Saturday, June 02, 2007

Buying and Selling "Toxic Waste" Mortgage Bonds

Well, well.

Somebody has to do it, right?

Bear Stearns Cos., the fifth-largest U.S. securities firm, is hawking the riskiest portions of collateralized debt obligations to public pension funds.At a sales presentation of the bank's CDOs to 50 public pension fund managers in a Las Vegas hotel ballroom, Jean Fleischhacker, Bear Stearns senior managing director, tells fund managers they can get a 20 percent annual return from the bottom level of a CDO. . . .

You could get 20%. You could also wind up losing the entire investment. Calculated Risk comments:

Your pension fund managers are buying "high yield" bonds that put you in first loss position on a bunch of junk bonds, and they are doing so on the risk-management "advice" of the people who are making a commission from selling those bonds.

The California Public Employees' Retirement System, the nation's largest public pension fund, has invested $140 million in such unrated CDO portions, according to data Calpers provided in response to a public records request. Citigroup Inc., the largest U.S. bank, sold the tranches to Calpers.

The General Retirement System of Detroit holds three equity tranches it bought for $38.8 million. The Teachers Retirement System of Texas owns $62.8 million of them. The Missouri State Employees' Retirement System owns a $25 million equity tranche

More comments from Calculated Risk:

I'm still not sure everyone is getting the picture here, so let's try this: the subordinate tranche of a subprime ABS/MBS is a "pig." With or without lipstick. The equity tranche of a CDO made up of subordinate tranches of a subprime ABS/MBS, mixed up with some other junk you do not understand, is a pig of a pig, distilled essence of pig, ur-pig, Total Ultimate X-Treme Mega Pig. Buying a B tranche of a subprime ABS is playing with matches. Buying the equity tranche of a CDO is playing with a blowtorch in the parking lot of the Exxon station while wearing a St. Lucia wreath on your head.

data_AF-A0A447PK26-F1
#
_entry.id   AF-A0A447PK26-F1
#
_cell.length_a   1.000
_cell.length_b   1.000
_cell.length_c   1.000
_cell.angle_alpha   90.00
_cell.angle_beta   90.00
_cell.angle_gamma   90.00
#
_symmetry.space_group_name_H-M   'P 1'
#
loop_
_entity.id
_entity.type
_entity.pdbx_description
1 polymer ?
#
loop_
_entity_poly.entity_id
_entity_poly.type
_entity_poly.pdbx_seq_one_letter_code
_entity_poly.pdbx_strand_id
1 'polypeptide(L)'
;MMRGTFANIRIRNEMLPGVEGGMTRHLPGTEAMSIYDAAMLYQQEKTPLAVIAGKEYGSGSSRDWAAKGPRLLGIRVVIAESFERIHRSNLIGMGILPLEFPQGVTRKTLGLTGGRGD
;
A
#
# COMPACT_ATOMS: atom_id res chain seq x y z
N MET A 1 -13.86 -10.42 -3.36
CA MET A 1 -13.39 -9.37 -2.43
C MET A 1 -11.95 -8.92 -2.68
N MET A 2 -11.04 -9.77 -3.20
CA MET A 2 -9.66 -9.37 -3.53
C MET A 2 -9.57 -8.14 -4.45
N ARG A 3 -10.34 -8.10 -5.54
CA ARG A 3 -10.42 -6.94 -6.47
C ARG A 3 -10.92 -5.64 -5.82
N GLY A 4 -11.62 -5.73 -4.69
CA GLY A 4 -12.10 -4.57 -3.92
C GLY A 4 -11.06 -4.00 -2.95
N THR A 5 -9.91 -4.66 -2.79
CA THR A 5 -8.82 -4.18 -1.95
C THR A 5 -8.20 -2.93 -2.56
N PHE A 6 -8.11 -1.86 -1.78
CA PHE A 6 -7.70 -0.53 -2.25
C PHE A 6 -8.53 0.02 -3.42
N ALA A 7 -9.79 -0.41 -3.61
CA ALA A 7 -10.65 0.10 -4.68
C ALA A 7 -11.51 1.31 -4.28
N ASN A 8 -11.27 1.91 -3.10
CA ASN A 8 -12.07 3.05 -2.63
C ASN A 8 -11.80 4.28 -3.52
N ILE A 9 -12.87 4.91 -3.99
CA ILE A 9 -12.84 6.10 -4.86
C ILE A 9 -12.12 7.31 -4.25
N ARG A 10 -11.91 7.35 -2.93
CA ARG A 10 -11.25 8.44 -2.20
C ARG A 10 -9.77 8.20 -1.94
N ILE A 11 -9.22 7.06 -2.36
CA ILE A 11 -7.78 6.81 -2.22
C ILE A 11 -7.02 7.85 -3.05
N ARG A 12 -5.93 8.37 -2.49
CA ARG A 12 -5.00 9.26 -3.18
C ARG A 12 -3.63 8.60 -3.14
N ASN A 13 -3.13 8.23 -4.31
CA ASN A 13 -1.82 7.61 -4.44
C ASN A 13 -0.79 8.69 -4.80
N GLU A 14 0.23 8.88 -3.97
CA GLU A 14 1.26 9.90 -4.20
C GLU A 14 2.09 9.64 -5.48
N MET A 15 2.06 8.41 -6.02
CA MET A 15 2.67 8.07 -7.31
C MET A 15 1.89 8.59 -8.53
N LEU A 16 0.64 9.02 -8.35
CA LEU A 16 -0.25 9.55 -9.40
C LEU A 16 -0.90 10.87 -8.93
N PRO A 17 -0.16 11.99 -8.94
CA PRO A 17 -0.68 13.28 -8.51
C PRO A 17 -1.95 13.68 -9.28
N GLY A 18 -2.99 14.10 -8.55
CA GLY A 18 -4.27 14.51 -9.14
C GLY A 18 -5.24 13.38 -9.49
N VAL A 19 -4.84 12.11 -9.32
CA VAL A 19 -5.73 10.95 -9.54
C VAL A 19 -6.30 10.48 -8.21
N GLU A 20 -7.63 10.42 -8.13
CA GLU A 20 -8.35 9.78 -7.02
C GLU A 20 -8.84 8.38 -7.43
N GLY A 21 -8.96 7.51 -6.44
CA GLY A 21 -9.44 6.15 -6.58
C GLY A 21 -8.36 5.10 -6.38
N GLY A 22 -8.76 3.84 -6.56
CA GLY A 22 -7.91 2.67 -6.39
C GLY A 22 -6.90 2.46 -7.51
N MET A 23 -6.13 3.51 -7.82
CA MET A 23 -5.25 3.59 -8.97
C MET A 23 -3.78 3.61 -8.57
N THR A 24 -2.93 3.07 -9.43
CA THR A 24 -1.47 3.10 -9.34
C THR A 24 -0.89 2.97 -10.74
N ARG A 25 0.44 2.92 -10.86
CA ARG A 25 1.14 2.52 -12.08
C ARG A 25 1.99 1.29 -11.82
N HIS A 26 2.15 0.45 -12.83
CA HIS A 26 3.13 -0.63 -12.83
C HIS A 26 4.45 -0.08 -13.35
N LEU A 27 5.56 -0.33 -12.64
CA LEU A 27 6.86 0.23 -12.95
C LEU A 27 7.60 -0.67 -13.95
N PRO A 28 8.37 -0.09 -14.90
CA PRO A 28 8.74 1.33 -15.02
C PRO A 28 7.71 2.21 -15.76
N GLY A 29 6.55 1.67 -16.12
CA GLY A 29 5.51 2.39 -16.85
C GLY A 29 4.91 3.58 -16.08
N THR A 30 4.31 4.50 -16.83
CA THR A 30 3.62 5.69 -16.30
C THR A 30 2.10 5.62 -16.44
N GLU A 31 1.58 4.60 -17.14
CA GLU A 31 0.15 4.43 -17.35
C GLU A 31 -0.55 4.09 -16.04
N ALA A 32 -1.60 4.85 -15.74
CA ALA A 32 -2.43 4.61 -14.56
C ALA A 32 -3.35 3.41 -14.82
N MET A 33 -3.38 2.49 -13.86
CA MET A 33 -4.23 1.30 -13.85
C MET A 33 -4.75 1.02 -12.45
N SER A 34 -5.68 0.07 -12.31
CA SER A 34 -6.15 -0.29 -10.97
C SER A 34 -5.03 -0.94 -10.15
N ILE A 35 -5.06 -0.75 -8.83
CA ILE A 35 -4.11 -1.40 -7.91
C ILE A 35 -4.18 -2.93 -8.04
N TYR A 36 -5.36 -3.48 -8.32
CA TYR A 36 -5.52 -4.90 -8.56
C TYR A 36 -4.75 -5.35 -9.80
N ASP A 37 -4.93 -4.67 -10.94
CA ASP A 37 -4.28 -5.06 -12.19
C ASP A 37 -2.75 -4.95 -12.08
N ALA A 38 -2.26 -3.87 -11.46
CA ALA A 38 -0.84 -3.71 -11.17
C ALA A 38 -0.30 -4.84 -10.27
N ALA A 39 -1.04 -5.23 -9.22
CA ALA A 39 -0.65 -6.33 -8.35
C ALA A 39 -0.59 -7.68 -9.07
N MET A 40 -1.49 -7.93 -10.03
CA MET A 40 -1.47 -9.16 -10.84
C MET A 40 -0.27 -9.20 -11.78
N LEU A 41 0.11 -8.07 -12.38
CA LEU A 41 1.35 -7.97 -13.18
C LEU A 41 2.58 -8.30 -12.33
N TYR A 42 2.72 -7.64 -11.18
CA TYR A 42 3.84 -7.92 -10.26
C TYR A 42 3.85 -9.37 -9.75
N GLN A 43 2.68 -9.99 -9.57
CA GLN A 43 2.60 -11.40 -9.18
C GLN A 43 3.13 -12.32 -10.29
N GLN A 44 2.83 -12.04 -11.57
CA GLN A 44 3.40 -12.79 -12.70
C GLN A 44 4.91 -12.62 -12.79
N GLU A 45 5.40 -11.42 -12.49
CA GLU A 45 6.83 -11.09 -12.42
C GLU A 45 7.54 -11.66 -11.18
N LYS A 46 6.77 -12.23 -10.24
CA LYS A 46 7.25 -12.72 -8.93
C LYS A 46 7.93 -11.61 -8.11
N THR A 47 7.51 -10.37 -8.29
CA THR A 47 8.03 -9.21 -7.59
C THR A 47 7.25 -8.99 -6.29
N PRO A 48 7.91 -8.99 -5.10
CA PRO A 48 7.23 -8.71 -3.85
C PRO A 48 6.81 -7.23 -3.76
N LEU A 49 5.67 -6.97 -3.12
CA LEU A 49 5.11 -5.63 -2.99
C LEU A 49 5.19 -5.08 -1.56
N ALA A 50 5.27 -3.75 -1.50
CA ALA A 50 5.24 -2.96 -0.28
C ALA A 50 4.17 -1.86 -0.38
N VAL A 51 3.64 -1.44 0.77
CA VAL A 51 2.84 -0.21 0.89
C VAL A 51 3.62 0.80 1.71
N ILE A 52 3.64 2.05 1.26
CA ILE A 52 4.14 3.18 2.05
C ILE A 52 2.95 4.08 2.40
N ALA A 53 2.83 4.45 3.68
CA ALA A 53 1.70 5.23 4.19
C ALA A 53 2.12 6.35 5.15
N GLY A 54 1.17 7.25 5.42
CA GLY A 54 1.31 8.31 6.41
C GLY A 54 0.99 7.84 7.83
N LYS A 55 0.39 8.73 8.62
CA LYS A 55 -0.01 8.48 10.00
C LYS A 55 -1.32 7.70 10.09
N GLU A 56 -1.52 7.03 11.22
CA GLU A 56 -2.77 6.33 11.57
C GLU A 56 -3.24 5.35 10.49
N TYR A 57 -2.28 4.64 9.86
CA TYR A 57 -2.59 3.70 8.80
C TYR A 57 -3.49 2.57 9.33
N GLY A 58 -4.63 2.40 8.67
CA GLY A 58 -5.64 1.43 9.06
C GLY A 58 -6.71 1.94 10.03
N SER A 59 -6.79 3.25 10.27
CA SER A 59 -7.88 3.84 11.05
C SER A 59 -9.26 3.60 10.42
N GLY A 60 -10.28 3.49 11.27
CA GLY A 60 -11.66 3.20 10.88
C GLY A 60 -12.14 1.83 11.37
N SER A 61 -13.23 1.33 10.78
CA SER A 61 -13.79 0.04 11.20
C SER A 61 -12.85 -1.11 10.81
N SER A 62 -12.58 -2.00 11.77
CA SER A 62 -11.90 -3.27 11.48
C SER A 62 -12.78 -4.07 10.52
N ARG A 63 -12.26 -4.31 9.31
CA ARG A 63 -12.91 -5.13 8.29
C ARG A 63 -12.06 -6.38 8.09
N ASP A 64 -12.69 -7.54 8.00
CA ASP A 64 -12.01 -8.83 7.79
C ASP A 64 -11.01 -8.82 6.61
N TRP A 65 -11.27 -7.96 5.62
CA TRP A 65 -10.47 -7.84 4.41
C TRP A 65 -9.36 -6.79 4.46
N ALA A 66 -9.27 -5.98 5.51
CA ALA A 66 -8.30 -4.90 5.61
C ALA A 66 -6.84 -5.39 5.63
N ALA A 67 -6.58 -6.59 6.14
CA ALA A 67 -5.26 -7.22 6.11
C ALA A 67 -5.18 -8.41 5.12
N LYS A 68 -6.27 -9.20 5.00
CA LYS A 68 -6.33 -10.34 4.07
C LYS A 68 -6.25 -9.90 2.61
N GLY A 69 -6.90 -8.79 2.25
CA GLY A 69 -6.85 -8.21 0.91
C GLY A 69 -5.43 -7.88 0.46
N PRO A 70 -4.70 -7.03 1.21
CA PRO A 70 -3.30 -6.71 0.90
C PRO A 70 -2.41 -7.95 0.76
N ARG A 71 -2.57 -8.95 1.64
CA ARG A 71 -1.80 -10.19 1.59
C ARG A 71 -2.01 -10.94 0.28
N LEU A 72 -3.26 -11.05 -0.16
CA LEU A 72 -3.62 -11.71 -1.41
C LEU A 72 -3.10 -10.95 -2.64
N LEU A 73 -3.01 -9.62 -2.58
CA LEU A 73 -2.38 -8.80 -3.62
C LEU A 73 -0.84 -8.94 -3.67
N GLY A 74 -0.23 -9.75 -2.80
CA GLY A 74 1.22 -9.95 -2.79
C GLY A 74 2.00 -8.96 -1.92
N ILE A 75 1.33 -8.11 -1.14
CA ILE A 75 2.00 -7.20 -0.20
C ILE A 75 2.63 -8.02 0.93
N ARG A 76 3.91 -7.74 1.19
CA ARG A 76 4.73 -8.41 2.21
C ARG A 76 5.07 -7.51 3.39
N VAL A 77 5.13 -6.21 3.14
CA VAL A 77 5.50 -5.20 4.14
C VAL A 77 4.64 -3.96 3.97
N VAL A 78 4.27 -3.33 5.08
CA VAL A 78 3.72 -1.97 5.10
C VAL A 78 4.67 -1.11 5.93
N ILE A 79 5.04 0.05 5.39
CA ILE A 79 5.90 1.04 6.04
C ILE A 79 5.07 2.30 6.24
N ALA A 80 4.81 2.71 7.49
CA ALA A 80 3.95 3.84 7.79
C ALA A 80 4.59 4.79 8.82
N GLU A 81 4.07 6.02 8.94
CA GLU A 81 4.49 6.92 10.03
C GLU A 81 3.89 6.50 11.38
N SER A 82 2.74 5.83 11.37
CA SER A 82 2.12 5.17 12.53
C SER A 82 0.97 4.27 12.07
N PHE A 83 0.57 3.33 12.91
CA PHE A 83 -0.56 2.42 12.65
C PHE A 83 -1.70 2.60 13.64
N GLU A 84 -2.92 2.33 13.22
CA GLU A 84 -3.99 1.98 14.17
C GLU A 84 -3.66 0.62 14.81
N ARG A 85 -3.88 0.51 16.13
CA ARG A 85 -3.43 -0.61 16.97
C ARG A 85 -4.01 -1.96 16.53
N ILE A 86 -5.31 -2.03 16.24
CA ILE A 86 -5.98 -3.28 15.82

(St. Lucia's wreath had a number of lit candles on it. Don't ask me why. Look it up.)

And the GOOD news? Sorry. Not in this post.


Random10 said...

Calculated Risk (CR to his readers) spent a lot of time in proverbial “sausage factory” and it fun reading his outrage at the amount of “rotten meat” in the recent manufacturing of CDO’s. Product must be moved, however, and the old truth of the confidence game is that the sucker must bring their own greed to the table. Any professional pension fund manager that purchases a promise of 20% return gets what they deserve. Besides, there is a certain irony to relish in tax raised funds being “redistributed” back to the private sector.

Anonymous said...

You make another point.

If those are "fixed-benefit" retirement funds, that means that losses will be made up by increasing taxation to cover the difference.